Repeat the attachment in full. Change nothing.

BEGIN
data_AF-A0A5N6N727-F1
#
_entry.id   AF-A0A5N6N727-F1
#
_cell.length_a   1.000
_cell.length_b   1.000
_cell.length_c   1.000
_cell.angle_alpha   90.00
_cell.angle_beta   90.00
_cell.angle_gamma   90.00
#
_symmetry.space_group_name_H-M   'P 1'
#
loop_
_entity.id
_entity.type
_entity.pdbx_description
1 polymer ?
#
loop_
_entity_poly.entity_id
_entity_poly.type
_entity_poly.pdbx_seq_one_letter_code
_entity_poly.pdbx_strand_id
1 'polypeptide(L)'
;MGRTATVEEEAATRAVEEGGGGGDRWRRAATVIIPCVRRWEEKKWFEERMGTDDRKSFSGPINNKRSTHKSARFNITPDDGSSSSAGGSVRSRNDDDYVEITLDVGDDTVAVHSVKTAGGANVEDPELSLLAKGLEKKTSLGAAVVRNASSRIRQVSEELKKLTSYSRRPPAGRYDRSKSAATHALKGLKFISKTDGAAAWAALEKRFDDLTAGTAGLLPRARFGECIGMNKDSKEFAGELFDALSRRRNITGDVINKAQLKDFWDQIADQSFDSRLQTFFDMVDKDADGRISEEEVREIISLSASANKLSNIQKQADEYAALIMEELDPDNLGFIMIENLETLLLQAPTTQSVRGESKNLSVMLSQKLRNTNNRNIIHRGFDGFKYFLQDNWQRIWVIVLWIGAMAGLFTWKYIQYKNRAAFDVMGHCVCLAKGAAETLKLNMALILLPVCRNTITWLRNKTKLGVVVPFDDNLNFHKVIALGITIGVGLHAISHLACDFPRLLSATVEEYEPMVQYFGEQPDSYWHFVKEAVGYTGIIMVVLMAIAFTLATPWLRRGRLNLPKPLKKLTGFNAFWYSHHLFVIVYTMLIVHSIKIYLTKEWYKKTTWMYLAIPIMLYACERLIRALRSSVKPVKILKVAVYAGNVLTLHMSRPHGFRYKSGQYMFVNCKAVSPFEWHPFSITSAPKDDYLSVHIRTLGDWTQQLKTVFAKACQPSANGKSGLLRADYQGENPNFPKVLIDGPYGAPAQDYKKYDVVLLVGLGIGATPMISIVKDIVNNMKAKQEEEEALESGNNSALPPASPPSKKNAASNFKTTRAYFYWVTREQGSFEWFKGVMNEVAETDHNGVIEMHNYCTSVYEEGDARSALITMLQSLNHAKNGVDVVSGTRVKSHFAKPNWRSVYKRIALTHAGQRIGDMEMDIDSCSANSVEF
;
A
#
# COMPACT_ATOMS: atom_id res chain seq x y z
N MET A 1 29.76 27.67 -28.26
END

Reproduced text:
data_AF-A0A5N6N727-F1
#
_entry.id   AF-A0A5N6N727-F1
#
_cell.length_a   1.000
_cell.length_b   1.000
_cell.length_c   1.000
_cell.angle_alpha   90.00
_cell.angle_beta   90.00
_cell.angle_gamma   90.00
#
_symmetry.space_group_name_H-M   'P 1'
#
loop_
_entity.id
_entity.type
_entity.pdbx_description
1 polymer ?
#
loop_
_entity_poly.entity_id
_entity_poly.type
_entity_poly.pdbx_seq_one_letter_code
_entity_poly.pdbx_strand_id
1 'polypeptide(L)'
;MGRTATVEEEAATRAVEEGGGGGDRWRRAATVIIPCVRRWEEKKWFEERMGTDDRKSFSGPINNKRSTHKSARFNITPDDGSSSSAGGSVRSRNDDDYVEITLDVGDDTVAVHSVKTAGGANVEDPELSLLAKGLEKKTSLGAAVVRNASSRIRQVSEELKKLTSYSRRPPAGRYDRSKSAATHALKGLKFISKTDGAAAWAALEKRFDDLTAGTAGLLPRARFGECIGMNKDSKEFAGELFDALSRRRNITGDVINKAQLKDFWDQIADQSFDSRLQTFFDMVDKDADGRISEEEVREIISLSASANKLSNIQKQADEYAALIMEELDPDNLGFIMIENLETLLLQAPTTQSVRGESKNLSVMLSQKLRNTNNRNIIHRGFDGFKYFLQDNWQRIWVIVLWIGAMAGLFTWKYIQYKNRAAFDVMGHCVCLAKGAAETLKLNMALILLPVCRNTITWLRNKTKLGVVVPFDDNLNFHKVIALGITIGVGLHAISHLACDFPRLLSATVEEYEPMVQYFGEQPDSYWHFVKEAVGYTGIIMVVLMAIAFTLATPWLRRGRLNLPKPLKKLTGFNAFWYSHHLFVIVYTMLIVHSIKIYLTKEWYKKTTWMYLAIPIMLYACERLIRALRSSVKPVKILKVAVYAGNVLTLHMSRPHGFRYKSGQYMFVNCKAVSPFEWHPFSITSAPKDDYLSVHIRTLGDWTQQLKTVFAKACQPSANGKSGLLRADYQGENPNFPKVLIDGPYGAPAQDYKKYDVVLLVGLGIGATPMISIVKDIVNNMKAKQEEEEALESGNNSALPPASPPSKKNAASNFKTTRAYFYWVTREQGSFEWFKGVMNEVAETDHNGVIEMHNYCTSVYEEGDARSALITMLQSLNHAKNGVDVVSGTRVKSHFAKPNWRSVYKRIALTHAGQRIGDMEMDIDSCSANSVEF
;
A
#
# COMPACT_ATOMS: atom_id res chain seq x y z
N MET A 1 29.76 27.67 -28.26